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Did the Dark Lord feel that even Gandalf the Grey was too much for him to deal with at the time or was he simply fleeing to cover up his identity?

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    According to the Tolkien Gateway site; "The Council of the Wise long feared the Necromancer might indeed be Sauron, and in 2063 Gandalf went to Dol Guldur, and Sauron, not yet powerful, fled to the East." – Valorum Dec 10 '14 at 11:06
  • From the Hobbit "It was in this way that he learned where Gandalf had been to; for he overheard the words of the wizard to Elrond. It appeared that Gandalf had been to a great council of the white wizards, masters of lore and good magic; and that they had at last driven the Necromancer from his dark hold in the south of Mirkwood." – Valorum Dec 10 '14 at 11:08
  • @Richard - I'm reading "when Gandalf first entered" as being his visit in TA 2063, ~900 years before the White Council attack during the events of the Hobbit. – user8719 Dec 10 '14 at 13:52
  • @darthsatan - Hence why I posted it as a comment. It's relevant that Sauron is scared of the White Council. – Valorum Dec 10 '14 at 13:57
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The Tale of Years entry for TA 2063 describes Sauron's retreat from Dol Guldur as follows:

Gandalf goes to Dol Guldur. Sauron retreats and hides in the East. The Watchful Peace begins.

Earlier in Appendix A the Watchful Peace is described:

At first they had quiet, for those were the days of the Watchful Peace, during which Sauron withdrew before the power of the White Council and the Ringwraiths remained hidden in Morgul Vale.

It's obvious therefore that at this time Sauron wasn't powerful enough to resist the White Council.

  • All quotes from Lord of the Rings. – user8719 Dec 10 '14 at 11:28
  • Dangit. You keep taking my answers. You must be in the wrong time zone. Never mind, I'll make it up this afternoon. Hahahahaha! – Matt Gutting Dec 10 '14 at 14:17
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To fully answer this you need to consult The Silmarillion, which is Tolkien's world history of Middle Earth. As @Darth Satan said, the White Council drove Sauron away, but the council was deadlocked on the issue (Saruman insisting on containment/observation) until Gandalf conclusively proved the Necromancer was Sauron in disguise.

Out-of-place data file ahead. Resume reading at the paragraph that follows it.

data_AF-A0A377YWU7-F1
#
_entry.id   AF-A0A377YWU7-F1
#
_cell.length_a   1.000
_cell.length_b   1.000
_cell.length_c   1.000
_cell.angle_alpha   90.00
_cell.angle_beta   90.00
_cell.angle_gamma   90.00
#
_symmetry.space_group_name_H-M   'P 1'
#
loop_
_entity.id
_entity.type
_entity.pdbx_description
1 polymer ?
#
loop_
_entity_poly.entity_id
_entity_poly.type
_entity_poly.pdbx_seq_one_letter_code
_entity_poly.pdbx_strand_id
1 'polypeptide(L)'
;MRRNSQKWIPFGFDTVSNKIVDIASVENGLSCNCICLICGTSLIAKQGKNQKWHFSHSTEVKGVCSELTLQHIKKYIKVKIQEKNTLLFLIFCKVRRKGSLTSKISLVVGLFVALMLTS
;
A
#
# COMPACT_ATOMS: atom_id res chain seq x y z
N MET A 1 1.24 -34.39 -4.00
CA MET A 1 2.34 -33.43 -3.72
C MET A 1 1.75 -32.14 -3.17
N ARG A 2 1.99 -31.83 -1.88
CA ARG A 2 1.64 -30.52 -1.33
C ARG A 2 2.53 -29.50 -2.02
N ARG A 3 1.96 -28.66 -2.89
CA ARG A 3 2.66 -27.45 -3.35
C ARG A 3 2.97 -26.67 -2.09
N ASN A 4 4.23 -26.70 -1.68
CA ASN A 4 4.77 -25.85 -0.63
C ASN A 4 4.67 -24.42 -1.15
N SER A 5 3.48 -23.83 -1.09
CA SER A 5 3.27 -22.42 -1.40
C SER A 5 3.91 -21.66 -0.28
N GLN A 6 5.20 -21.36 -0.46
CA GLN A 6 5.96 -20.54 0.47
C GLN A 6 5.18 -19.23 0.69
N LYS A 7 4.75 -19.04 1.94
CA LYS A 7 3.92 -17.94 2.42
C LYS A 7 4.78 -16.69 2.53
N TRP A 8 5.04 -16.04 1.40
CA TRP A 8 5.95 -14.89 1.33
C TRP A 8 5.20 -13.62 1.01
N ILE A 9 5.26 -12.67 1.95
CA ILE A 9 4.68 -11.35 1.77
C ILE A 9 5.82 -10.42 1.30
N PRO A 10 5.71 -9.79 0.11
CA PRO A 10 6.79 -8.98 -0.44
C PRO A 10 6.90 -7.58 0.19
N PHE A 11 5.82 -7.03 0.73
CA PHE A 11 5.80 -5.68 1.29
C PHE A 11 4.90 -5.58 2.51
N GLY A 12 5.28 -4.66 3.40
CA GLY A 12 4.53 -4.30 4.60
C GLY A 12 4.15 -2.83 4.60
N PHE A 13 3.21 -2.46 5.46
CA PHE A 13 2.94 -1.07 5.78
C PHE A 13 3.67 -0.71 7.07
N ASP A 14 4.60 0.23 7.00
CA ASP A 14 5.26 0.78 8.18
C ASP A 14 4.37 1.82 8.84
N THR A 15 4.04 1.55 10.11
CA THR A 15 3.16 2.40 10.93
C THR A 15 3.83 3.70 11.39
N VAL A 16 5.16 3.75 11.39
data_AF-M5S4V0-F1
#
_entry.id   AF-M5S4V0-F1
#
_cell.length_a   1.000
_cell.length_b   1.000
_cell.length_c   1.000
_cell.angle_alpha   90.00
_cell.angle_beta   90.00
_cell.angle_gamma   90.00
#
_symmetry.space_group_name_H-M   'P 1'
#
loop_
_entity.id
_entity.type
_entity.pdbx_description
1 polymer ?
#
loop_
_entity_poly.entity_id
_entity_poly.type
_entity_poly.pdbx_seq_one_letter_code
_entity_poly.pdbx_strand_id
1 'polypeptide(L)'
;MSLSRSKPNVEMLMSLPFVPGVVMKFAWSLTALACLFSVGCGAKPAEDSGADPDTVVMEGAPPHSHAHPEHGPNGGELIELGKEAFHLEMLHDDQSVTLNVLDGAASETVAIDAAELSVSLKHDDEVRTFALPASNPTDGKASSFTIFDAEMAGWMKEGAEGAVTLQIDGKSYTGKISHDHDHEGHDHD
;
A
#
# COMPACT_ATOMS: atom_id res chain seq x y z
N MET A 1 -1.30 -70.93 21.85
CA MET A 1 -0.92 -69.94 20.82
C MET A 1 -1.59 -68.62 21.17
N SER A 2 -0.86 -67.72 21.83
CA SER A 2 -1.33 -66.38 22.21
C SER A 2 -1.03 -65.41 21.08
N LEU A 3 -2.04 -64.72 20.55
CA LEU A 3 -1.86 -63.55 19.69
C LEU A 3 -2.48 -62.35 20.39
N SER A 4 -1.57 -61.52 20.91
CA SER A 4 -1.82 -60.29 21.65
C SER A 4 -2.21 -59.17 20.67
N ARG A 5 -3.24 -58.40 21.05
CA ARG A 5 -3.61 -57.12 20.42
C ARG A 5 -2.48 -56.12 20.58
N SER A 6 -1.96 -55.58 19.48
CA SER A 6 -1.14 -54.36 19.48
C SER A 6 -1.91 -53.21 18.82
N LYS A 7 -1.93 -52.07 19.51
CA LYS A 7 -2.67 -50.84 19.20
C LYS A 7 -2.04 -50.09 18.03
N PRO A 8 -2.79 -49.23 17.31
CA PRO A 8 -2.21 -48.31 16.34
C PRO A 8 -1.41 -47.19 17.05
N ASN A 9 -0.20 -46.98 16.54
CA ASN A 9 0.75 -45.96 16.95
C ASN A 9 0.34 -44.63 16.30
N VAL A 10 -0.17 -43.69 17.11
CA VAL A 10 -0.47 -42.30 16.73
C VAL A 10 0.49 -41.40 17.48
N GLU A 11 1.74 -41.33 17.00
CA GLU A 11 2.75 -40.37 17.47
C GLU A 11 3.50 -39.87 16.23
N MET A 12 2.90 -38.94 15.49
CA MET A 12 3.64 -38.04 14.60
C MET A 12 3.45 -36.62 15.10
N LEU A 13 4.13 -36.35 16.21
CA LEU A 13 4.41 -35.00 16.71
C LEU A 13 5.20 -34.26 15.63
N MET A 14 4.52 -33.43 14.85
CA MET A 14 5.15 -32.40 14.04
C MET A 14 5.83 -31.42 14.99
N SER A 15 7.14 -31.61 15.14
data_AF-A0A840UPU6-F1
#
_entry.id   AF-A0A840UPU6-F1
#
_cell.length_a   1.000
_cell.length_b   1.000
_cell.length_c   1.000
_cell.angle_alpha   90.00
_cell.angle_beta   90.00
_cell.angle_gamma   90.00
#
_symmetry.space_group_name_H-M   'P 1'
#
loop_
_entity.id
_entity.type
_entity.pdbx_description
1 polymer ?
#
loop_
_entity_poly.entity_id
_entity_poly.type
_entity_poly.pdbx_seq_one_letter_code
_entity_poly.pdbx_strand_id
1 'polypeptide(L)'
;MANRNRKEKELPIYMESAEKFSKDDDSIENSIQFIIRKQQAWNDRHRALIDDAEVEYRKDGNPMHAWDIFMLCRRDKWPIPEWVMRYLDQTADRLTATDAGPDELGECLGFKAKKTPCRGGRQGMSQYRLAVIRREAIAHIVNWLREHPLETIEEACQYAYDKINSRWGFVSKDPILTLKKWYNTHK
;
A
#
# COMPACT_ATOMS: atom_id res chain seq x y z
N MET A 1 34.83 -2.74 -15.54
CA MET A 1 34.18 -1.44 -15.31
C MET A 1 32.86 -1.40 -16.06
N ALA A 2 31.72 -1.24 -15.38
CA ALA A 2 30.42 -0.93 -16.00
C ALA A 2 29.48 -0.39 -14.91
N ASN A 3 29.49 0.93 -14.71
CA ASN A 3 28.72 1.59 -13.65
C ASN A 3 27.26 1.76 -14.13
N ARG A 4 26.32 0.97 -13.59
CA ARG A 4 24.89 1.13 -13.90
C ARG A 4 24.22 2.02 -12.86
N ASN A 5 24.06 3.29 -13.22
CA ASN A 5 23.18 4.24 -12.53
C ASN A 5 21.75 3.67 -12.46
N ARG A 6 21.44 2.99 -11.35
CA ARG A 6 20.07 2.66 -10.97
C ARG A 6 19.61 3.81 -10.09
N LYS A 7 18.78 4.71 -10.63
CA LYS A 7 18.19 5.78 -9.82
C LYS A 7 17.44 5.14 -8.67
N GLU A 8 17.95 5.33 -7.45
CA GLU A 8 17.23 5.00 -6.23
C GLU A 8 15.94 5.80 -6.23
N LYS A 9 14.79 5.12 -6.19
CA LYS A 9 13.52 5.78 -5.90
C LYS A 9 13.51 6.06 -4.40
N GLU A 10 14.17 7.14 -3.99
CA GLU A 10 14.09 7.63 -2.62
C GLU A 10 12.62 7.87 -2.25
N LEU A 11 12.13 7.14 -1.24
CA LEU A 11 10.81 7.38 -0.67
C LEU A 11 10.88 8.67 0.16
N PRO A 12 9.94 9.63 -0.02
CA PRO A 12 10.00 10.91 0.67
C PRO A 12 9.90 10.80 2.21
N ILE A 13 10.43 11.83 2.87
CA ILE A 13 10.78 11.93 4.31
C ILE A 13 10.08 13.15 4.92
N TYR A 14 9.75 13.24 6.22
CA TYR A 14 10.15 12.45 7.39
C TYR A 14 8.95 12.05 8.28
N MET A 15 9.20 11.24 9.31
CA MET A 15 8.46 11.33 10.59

At that time, the White Council fought Sauron, but he merely pretended to flee, and instead traveled to Mordor, where the Nazgûl had been prepping everything for Sauron.

Sauron, even though he was originally just a servant of The Great Enemy, was still more powerful than the Wizards, who themselves were servants of the Valar, The Creator's Designated Caretakers of Middle Earth. The inference is that the Istari were "3rd-tier" spirits, with the Valar and Melkor (The Great Enemy) being 1st-tier, and Sauron being 2nd-tier. So, the Wizards couldn't go one-on-one with Sauron, but they could greatly assist the elves, humans and dwarves in resisting. The High Elves, naturally, recognized the wizards for what they were, which is why Cirdan the Shipwright gave the Elven ring of Fire to Gandalf.

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    Melkor/Morgoth was also a Vala: "Melkor The Quenya name for the great rebellious Vala, the beginning of evil, in his origin the mightiest of the Ainur;"—Tolkeins Sr. and Jr. in "The Index of Names" from The Silmarillion. Emphasis added. – Lexible Dec 10 '14 at 18:39
  • @Lexible: Yes, you are correct. Sorry about that, and thank you for the clarification. – Thorin Schmidt Dec 10 '14 at 19:54
  • If he left Dol Guldur, then Sauron fled. If he pretended to flee, he would have still been there. He may have been able to win if he had not fled, but he did not try. – Oldcat Dec 10 '14 at 22:18
  • Sauron and the Istari were both Maia, and thus "second tier" spirits. There is no real third tier, or this third tier are Men and Elves. – Oldcat Dec 10 '14 at 22:20
  • No, Sauron did fight. In the third movie you will see the White Council mount an offensive. It wasn't until his imprisonment in LOTR that Gandalf finally put it all together. – Thorin Schmidt Dec 10 '14 at 22:51
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The White Council originally suspected 'The Necromancer' was in reality a ringwraith - a worrying enough fact if it had proven to be true. Gandalf had quite a hard time in the dungeons of Dol Guldur as it was, but Sauron nevertheless fled because he did not want his true identity to be revealed to The Wise at that point.

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